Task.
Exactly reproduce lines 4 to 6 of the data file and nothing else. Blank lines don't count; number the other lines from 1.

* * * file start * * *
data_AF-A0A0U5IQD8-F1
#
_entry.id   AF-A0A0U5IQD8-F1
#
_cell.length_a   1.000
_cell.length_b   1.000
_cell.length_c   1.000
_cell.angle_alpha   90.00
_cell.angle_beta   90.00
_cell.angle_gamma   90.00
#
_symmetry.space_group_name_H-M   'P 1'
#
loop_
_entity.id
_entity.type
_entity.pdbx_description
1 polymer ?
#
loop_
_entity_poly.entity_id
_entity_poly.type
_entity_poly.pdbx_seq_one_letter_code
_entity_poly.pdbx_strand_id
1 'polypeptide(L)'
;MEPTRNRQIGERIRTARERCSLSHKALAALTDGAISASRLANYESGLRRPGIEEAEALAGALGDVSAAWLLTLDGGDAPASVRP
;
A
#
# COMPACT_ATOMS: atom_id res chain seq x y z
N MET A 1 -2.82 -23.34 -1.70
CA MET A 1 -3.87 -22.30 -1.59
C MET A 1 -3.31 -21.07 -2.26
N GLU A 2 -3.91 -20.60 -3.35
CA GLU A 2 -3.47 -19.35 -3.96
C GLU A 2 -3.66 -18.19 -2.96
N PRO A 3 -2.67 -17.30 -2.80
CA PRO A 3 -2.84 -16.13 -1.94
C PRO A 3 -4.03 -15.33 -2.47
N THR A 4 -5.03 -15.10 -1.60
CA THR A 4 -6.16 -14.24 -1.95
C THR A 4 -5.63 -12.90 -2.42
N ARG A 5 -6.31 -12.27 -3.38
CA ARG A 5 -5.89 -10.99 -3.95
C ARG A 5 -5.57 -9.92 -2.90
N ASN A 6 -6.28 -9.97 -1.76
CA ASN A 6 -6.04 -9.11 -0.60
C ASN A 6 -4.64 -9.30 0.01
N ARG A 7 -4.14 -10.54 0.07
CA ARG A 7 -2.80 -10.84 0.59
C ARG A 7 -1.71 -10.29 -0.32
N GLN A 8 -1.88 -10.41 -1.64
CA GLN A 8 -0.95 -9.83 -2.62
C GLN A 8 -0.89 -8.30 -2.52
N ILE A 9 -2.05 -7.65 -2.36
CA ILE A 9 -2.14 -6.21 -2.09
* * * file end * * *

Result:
#
_cell.length_a   1.000
_cell.length_b   1.000